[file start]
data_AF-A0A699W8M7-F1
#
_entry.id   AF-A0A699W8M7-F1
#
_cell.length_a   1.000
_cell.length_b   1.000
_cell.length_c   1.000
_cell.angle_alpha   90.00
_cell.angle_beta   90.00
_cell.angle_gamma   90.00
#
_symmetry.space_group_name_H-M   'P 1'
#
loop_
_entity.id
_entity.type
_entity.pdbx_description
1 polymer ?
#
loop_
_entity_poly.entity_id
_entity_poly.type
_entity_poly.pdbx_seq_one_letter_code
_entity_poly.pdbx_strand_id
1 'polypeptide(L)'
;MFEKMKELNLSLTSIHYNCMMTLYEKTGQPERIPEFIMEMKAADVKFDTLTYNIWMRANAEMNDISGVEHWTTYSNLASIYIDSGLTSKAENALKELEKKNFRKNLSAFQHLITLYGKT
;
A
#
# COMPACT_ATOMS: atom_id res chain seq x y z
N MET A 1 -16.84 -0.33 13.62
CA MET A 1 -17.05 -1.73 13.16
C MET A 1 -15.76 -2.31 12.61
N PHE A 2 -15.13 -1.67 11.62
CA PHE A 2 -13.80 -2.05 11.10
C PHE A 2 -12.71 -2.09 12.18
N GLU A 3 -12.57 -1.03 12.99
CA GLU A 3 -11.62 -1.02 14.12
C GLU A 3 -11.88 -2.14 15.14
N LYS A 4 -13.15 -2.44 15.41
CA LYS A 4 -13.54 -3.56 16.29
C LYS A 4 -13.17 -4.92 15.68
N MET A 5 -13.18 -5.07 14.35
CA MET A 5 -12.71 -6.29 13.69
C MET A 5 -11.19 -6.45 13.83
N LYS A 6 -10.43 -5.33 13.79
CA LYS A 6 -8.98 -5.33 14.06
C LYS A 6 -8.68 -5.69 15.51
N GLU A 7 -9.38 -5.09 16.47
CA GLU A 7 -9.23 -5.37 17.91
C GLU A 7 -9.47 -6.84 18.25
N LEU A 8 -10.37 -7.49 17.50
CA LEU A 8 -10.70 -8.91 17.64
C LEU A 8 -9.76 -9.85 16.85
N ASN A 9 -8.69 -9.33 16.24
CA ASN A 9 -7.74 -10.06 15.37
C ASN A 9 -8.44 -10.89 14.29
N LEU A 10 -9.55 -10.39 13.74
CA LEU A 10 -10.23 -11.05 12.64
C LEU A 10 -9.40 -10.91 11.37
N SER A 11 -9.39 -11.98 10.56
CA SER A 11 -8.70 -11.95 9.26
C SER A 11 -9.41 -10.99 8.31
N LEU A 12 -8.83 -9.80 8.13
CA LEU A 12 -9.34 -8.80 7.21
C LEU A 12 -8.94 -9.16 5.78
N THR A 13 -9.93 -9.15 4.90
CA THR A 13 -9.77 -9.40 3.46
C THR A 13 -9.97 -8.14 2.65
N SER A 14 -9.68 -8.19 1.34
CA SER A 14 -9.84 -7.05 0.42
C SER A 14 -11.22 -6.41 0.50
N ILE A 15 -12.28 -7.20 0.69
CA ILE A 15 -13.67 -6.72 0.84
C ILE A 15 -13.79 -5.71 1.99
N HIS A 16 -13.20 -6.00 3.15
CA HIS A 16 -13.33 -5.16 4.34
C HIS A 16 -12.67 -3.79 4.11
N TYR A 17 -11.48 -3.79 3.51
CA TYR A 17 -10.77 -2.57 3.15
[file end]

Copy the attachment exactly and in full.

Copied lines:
data_AF-A0A699W8M7-F1
#
_entry.id   AF-A0A699W8M7-F1
#
_cell.length_a   1.000
_cell.length_b   1.000
_cell.length_c   1.000
_cell.angle_alpha   90.00
_cell.angle_beta   90.00
_cell.angle_gamma   90.00
#
_symmetry.space_group_name_H-M   'P 1'
#
loop_
_entity.id
_entity.type
_entity.pdbx_description
1 polymer ?
#
loop_
_entity_poly.entity_id
_entity_poly.type
_entity_poly.pdbx_seq_one_letter_code
_entity_poly.pdbx_strand_id
1 'polypeptide(L)'
;MFEKMKELNLSLTSIHYNCMMTLYEKTGQPERIPEFIMEMKAADVKFDTLTYNIWMRANAEMNDISGVEHWTTYSNLASIYIDSGLTSKAENALKELEKKNFRKNLSAFQHLITLYGKT
;
A
#
# COMPACT_ATOMS: atom_id res chain seq x y z
N MET A 1 -16.84 -0.33 13.62
CA MET A 1 -17.05 -1.73 13.16
C MET A 1 -15.76 -2.31 12.61
N PHE A 2 -15.13 -1.67 11.62
CA PHE A 2 -13.80 -2.05 11.10
C PHE A 2 -12.71 -2.09 12.18
N GLU A 3 -12.57 -1.03 12.99
CA GLU A 3 -11.62 -1.02 14.12
C GLU A 3 -11.88 -2.14 15.14
N LYS A 4 -13.15 -2.44 15.41
CA LYS A 4 -13.54 -3.56 16.29
C LYS A 4 -13.17 -4.92 15.68
N MET A 5 -13.18 -5.07 14.35
CA MET A 5 -12.71 -6.29 13.69
C MET A 5 -11.19 -6.45 13.83
N LYS A 6 -10.43 -5.33 13.79
CA LYS A 6 -8.98 -5.33 14.06
C LYS A 6 -8.68 -5.69 15.51
N GLU A 7 -9.38 -5.09 16.47
CA GLU A 7 -9.23 -5.37 17.91
C GLU A 7 -9.47 -6.84 18.25
N LEU A 8 -10.37 -7.49 17.50
CA LEU A 8 -10.70 -8.91 17.64
C LEU A 8 -9.76 -9.85 16.85
N ASN A 9 -8.69 -9.33 16.24
CA ASN A 9 -7.74 -10.06 15.37
C ASN A 9 -8.44 -10.89 14.29
N LEU A 10 -9.55 -10.39 13.74
CA LEU A 10 -10.23 -11.05 12.64
C LEU A 10 -9.40 -10.91 11.37
N SER A 11 -9.39 -11.98 10.56
CA SER A 11 -8.70 -11.95 9.26
C SER A 11 -9.41 -10.99 8.31
N LEU A 12 -8.83 -9.80 8.13
CA LEU A 12 -9.34 -8.80 7.21
C LEU A 12 -8.94 -9.16 5.78
N THR A 13 -9.93 -9.15 4.90
CA THR A 13 -9.77 -9.40 3.46
C THR A 13 -9.97 -8.14 2.65
N SER A 14 -9.68 -8.19 1.34
CA SER A 14 -9.84 -7.05 0.42
C SER A 14 -11.22 -6.41 0.50
N ILE A 15 -12.28 -7.20 0.69
CA ILE A 15 -13.67 -6.72 0.84
C ILE A 15 -13.79 -5.71 1.99
N HIS A 16 -13.20 -6.00 3.15
CA HIS A 16 -13.33 -5.16 4.34
C HIS A 16 -12.67 -3.79 4.11
N TYR A 17 -11.48 -3.79 3.51
CA TYR A 17 -10.77 -2.57 3.15